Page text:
Category: Media & Culture / October 4, 2012 4:02 PM EDT
Archaeologists from Guatemala and the United States have discovered a rare tomb with the remains of an ancient Maya queen.
Packed with glistening jade jewels and ceramic vases crafted in the late seventh century, archaeologists said that the tomb uncovered in the Peru-Waka dig site in Guatemala's northern Peten region contains the remnants of renowned Queen Kalomt'e K'abel.
Inside the tomb, researchers found a small alabaster vase decorated with an elderly woman's face and inscribed with the queen's name.
Lead archaeologist David Freidel briefed media on the amazing discovery.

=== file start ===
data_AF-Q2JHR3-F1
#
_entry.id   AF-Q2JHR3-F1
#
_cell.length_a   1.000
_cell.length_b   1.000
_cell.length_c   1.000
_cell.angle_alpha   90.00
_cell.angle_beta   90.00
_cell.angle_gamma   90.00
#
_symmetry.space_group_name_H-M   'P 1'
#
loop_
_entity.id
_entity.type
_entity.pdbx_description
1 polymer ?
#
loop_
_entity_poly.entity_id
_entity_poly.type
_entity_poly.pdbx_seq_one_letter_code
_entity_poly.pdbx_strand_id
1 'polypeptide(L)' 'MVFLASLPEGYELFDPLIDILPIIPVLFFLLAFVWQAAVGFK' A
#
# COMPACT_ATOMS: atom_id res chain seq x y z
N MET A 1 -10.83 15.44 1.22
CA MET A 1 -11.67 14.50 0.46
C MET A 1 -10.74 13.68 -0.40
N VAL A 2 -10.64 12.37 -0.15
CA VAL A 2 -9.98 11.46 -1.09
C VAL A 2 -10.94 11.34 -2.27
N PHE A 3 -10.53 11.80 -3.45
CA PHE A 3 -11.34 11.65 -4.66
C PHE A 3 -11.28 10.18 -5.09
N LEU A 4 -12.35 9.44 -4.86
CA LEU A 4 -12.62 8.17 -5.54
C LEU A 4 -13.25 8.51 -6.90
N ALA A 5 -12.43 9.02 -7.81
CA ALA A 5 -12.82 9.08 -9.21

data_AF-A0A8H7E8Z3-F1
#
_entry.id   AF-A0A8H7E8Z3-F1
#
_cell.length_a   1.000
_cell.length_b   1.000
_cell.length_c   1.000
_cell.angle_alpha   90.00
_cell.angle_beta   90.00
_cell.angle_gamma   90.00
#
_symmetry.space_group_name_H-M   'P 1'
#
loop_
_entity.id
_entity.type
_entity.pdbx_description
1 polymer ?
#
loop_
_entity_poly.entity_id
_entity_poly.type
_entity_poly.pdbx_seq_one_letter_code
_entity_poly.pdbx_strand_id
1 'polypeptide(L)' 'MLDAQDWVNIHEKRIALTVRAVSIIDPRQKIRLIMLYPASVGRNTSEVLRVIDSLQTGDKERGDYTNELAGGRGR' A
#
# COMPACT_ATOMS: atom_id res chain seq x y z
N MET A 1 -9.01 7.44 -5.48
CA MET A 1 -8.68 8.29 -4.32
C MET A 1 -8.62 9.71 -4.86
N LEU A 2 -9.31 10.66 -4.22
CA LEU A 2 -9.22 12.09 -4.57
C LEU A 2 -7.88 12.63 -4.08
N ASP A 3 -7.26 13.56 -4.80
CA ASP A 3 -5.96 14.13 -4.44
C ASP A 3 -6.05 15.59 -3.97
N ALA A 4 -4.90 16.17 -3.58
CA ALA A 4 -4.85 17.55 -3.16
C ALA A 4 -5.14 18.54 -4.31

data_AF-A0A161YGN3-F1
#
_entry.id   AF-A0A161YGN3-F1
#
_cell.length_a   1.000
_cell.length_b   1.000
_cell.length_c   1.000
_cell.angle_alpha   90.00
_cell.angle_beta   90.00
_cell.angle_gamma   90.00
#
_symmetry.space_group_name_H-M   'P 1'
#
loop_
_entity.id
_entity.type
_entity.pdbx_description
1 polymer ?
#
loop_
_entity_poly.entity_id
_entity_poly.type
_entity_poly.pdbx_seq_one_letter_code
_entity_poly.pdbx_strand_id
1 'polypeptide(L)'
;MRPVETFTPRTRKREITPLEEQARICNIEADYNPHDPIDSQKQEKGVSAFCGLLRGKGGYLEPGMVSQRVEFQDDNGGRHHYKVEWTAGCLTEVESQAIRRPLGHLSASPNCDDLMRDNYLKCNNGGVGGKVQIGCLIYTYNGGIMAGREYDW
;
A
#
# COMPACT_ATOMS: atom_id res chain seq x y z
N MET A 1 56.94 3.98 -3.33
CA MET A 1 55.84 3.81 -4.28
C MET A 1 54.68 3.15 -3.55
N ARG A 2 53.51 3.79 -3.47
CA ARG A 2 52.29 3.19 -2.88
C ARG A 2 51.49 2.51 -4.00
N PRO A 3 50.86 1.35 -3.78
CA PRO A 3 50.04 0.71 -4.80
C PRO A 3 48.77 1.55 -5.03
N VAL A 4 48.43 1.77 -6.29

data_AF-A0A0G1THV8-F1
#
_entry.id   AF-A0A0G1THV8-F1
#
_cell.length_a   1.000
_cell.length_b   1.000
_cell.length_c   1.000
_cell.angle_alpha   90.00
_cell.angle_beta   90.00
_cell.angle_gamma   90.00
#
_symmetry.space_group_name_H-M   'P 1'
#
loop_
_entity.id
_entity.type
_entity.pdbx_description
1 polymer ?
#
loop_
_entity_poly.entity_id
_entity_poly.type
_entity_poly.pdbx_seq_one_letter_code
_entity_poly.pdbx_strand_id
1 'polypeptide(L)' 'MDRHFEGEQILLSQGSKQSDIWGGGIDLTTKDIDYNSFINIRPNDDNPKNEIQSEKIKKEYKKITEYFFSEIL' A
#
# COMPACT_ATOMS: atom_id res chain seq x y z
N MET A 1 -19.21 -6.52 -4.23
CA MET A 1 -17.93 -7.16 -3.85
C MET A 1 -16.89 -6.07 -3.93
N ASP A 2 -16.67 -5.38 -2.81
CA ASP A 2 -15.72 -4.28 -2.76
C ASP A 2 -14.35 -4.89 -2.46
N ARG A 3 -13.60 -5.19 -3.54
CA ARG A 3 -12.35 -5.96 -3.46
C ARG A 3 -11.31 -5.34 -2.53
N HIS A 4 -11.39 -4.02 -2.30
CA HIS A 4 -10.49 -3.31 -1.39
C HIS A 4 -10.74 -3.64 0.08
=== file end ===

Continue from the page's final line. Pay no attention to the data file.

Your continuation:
Uncovering the identity of buried Mayan leaders is difficult because tombs are often covered with ancient hieroglyphics and pictures that make it hard to decipher precise names, archaeologist Griselda Perez told Reuters.
Queen K'abel's portrait has appeared on Mayan plaques that associate her with the year 692 A.D. during the Mayan classic period when she lived with her husband, King Wak K'inich Bahlam II.
Historians believe that K'abel reigned over Calakmul, a Mayan community that often battled the powerful King El Zotz and his kingdom Tikal, just south of the Mexican border and a popular destination for U.S. tourists.